Archives For Student Debt

Eternity Bible College GraduationIn the unrelenting stream of life, the significance of each event, each person, each thing often goes unappreciated. Milestones help us to pause and take stock of what has happened and why it matters.

This weekend’s graduation marks ten years of Eternity Bible College. I’ve been here for eight of those ten years, and looking back, I can testify that God has done amazing things. This weekend we hosted a vision banquet, where we celebrated what God has done and looked forward to what we believe God wants to do through Eternity.

In the midst of lectures, meetings, projects, grading, and all of the other consistent aspects of my job, the significance of it all sometimes hides just out of sight. I’m thankful for this milestone because it forced me to stop, look around, and remember that God has been working in miraculous ways.

I was reminded of the transformed lives we’ve sent out across the world. Of the supernatural financial provision that has carried us to this point. Of the unbelievably gifted staff, faculty, board members, students, and supporters of many kinds that God has brought to the school.

Perhaps best of all, I was so encouraged to see that God has taken the mission of Eternity Bible College and has been making that into a reality. Our graduates are able to bring transformation into so many areas of society, all around the world. Our graduates are able to work hard and graduate without being crippled by student debt—94% of our students have graduated debt free, and the remaining 6% have less than $2,000 to pay off. All of this has been happening in close partnership with local churches around the world, and our graduates are leaving with a passionate commitment to the church.

Looking back at these first ten years makes me very excited for the Kingdom of God. If you resonate with the mission of Eternity Bible College, I’d encourage you to take a look at one or more of the short videos below. We showed these at our vision banquet this weekend, and they tell the story of Eternity from a few different angles. If you’d like to partner with us in some way, please visit our partnership page. And thanks to everyone who has supported the school in so many ways over these past ten years!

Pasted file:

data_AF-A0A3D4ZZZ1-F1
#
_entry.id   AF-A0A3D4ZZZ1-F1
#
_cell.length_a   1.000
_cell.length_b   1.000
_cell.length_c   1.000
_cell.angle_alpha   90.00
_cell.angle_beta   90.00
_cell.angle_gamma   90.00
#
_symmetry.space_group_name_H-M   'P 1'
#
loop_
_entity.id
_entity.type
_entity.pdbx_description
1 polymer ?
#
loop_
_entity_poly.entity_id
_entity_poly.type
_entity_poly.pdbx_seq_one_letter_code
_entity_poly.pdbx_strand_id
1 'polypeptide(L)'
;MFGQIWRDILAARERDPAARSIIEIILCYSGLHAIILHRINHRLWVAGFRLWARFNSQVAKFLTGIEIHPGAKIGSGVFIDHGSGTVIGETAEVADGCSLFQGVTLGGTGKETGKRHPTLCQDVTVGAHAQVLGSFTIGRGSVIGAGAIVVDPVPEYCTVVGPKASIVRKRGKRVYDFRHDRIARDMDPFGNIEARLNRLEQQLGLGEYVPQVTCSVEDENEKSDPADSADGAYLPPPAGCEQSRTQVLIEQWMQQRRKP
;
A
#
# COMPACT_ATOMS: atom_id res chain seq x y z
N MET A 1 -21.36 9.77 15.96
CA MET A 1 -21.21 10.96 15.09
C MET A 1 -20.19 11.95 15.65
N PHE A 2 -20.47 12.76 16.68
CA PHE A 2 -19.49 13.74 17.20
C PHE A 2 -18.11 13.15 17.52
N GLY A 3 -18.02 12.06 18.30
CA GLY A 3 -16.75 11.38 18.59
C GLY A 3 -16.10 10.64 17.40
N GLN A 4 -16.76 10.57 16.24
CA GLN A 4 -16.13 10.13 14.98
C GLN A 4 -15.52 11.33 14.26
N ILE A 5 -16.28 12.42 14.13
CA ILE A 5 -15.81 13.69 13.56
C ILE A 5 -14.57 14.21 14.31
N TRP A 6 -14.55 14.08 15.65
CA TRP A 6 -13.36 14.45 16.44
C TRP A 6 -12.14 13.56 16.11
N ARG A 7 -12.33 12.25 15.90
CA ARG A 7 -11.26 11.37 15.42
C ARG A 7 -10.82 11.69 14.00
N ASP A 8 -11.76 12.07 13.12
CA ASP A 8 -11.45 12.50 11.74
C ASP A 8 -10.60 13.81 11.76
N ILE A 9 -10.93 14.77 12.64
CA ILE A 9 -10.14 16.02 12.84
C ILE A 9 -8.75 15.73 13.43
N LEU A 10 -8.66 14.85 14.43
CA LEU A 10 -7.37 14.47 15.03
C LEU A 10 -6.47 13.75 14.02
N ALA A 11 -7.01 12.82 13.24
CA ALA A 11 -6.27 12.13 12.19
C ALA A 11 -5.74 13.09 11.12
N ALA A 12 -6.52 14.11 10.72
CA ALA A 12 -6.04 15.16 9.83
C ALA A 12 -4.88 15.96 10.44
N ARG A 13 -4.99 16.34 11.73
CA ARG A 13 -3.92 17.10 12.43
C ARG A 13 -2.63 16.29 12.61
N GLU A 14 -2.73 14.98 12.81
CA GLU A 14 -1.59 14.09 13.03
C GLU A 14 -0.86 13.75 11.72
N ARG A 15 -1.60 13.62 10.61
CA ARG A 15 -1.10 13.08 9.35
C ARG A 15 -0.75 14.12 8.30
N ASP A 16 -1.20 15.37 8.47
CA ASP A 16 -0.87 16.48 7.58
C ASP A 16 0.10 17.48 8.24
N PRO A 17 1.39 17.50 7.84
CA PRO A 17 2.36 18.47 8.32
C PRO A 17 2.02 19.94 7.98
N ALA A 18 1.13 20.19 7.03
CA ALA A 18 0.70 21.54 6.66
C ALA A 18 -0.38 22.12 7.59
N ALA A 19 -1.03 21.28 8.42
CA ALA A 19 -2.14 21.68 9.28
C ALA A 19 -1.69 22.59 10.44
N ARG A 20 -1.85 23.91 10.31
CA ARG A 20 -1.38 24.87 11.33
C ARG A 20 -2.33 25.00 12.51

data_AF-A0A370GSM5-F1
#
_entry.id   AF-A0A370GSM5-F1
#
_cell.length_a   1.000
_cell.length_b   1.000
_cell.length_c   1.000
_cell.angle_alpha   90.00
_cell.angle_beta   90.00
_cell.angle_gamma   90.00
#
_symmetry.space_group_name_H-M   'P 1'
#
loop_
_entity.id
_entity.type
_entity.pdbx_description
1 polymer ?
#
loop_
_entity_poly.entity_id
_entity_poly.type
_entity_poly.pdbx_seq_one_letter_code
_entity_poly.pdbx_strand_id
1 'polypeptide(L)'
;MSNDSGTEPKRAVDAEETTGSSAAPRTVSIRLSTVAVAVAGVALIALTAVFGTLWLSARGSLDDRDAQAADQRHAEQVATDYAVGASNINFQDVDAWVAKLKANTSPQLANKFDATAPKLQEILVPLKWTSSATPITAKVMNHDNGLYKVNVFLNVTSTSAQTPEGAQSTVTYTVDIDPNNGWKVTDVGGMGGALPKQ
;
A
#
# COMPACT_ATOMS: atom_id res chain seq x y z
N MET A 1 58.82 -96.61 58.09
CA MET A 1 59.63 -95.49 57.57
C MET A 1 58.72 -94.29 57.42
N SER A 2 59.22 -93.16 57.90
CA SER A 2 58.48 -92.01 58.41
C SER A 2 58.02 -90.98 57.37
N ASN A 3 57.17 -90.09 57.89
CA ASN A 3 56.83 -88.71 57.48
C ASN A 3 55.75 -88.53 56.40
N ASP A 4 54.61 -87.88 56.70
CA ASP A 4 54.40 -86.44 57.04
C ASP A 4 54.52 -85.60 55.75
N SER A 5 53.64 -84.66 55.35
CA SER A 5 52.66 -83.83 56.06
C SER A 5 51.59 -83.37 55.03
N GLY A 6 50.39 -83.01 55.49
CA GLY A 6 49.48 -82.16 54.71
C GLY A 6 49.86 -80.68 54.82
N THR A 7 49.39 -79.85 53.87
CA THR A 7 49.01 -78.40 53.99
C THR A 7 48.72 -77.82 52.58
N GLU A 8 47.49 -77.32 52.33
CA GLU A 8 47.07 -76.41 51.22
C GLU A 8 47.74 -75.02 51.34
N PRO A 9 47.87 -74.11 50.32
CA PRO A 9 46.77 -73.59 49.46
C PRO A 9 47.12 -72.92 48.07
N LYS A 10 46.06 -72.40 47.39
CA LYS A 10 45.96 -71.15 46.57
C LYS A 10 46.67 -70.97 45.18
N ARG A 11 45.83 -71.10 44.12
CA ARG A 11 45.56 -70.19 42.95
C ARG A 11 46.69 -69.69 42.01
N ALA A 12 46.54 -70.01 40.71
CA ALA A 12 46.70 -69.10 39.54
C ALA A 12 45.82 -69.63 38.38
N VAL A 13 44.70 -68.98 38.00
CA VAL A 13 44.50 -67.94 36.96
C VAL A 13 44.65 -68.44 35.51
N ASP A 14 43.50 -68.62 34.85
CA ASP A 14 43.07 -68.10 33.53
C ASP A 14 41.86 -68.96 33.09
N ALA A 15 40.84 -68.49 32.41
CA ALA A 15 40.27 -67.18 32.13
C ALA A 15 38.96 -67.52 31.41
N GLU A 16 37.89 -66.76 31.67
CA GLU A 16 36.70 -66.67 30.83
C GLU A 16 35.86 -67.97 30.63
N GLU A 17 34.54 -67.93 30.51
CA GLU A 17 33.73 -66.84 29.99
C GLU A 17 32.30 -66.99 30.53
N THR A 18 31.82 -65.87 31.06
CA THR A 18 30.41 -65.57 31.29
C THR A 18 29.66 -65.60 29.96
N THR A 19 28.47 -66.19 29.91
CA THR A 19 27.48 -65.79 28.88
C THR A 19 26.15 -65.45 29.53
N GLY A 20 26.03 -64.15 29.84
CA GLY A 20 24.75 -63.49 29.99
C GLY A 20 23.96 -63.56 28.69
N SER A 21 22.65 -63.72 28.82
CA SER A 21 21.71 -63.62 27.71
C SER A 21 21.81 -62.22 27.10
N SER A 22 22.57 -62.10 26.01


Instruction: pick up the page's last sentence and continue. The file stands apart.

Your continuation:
Art Night 051This weekend we hosted our annual Art & Music Benefit. You and I both knew I would say this, but it was an amazing night. Many of our students, graduates, and other friends of the school displayed and sold their art for the event. Three great bands featuring some of our students and alumni played. We had great crafts and baked goods. And we had a great turnout!

So I’m posting to thank everyone who took part in the event, because an event like that matters. It matters because art matters. Nothing connects us with our humanity like good art. It reminds us that while we’re on this earth, we find this world meaningful, and we explore that (often elusive) meaning in passionate and creative ways. Art reminds us that others are wrestling with the human experience as well, and it offers us an opportunity to see with their eyes. It allows us to step into their joys, sorrows, and questions. So thank you to all of the musicians, artists, bakers, and crafters who made Friday night a deeply human experience.

Friday night’s event also matters because Eternity Bible College matters. As we shared at the event, our passion is to see this generation trained to discover the riches of biblical truth and to creatively apply that truth in every area of their lives. Art Night 052We saw a taste of this played out in the art on display, and we shared about other students and graduates who are pursuing God’s glory and furthering his kingdom in traditional ministry and in a host of other creative ways. So thank you to everyone who came out to support the school and to affirm that art and music created by Bible students matters! We believe that it matters, and we were encouraged to discover that you think so as well.

If you’d like to see photos from the night, including some of the art on display, click on the images in the gallery below. If you’d like to see the videos we played during the event, scroll to the bottom of the page. And if you would like to invest in what we are doing with Eternity Bible College, click here. We charge our students roughly half of what it costs us to train them because an essential part of our mission is sending them out into the world without the shackles of student debt. To make up the rest of the cost of fulfilling our mission, we depend on the sacrificial investments of people who are also committed to the mission.

 

As many of you know, Eternity Bible College is not your typical college. One of the most unique things about the school is that we are committed to graduating students debt free.

A recent article reports that “since President Barack Obama took office in 2009, the amount of outstanding federal student loan debt owed to the government has skyrocketed, increasing by 463 percent.” Currently, America’s student debt stands at $674,580,000,000.00. Yikes!